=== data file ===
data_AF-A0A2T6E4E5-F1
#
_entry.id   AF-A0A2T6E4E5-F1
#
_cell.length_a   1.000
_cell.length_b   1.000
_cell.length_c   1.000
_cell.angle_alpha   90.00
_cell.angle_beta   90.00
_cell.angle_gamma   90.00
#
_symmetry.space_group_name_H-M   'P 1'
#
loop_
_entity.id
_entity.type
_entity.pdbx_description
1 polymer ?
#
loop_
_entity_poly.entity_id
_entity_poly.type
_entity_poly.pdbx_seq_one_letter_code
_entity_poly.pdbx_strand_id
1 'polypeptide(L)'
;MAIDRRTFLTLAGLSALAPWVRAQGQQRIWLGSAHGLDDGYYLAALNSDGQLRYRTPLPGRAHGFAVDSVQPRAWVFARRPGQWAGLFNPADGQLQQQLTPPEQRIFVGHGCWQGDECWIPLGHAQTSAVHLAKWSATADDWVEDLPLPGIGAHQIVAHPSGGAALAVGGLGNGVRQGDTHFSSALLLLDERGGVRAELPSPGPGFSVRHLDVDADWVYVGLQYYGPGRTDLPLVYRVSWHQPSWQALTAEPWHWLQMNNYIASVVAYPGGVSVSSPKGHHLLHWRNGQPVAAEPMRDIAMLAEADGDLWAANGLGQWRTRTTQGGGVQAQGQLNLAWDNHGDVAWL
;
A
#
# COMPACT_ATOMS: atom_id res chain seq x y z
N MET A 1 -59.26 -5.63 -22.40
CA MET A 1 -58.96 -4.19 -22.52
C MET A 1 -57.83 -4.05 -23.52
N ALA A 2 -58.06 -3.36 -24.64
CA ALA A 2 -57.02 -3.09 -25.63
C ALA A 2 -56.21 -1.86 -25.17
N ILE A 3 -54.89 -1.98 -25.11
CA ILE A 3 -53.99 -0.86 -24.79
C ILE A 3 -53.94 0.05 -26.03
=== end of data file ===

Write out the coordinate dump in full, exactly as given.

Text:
data_AF-A0A2T6E4E5-F1
#
_entry.id   AF-A0A2T6E4E5-F1
#
_cell.length_a   1.000
_cell.length_b   1.000
_cell.length_c   1.000
_cell.angle_alpha   90.00
_cell.angle_beta   90.00
_cell.angle_gamma   90.00
#
_symmetry.space_group_name_H-M   'P 1'
#
loop_
_entity.id
_entity.type
_entity.pdbx_description
1 polymer ?
#
loop_
_entity_poly.entity_id
_entity_poly.type
_entity_poly.pdbx_seq_one_letter_code
_entity_poly.pdbx_strand_id
1 'polypeptide(L)'
;MAIDRRTFLTLAGLSALAPWVRAQGQQRIWLGSAHGLDDGYYLAALNSDGQLRYRTPLPGRAHGFAVDSVQPRAWVFARRPGQWAGLFNPADGQLQQQLTPPEQRIFVGHGCWQGDECWIPLGHAQTSAVHLAKWSATADDWVEDLPLPGIGAHQIVAHPSGGAALAVGGLGNGVRQGDTHFSSALLLLDERGGVRAELPSPGPGFSVRHLDVDADWVYVGLQYYGPGRTDLPLVYRVSWHQPSWQALTAEPWHWLQMNNYIASVVAYPGGVSVSSPKGHHLLHWRNGQPVAAEPMRDIAMLAEADGDLWAANGLGQWRTRTTQGGGVQAQGQLNLAWDNHGDVAWL
;
A
#
# COMPACT_ATOMS: atom_id res chain seq x y z
N MET A 1 -59.26 -5.63 -22.40
CA MET A 1 -58.96 -4.19 -22.52
C MET A 1 -57.83 -4.05 -23.52
N ALA A 2 -58.06 -3.36 -24.64
CA ALA A 2 -57.02 -3.09 -25.63
C ALA A 2 -56.21 -1.86 -25.17
N ILE A 3 -54.89 -1.98 -25.11
CA ILE A 3 -53.99 -0.86 -24.79
C ILE A 3 -53.94 0.05 -26.03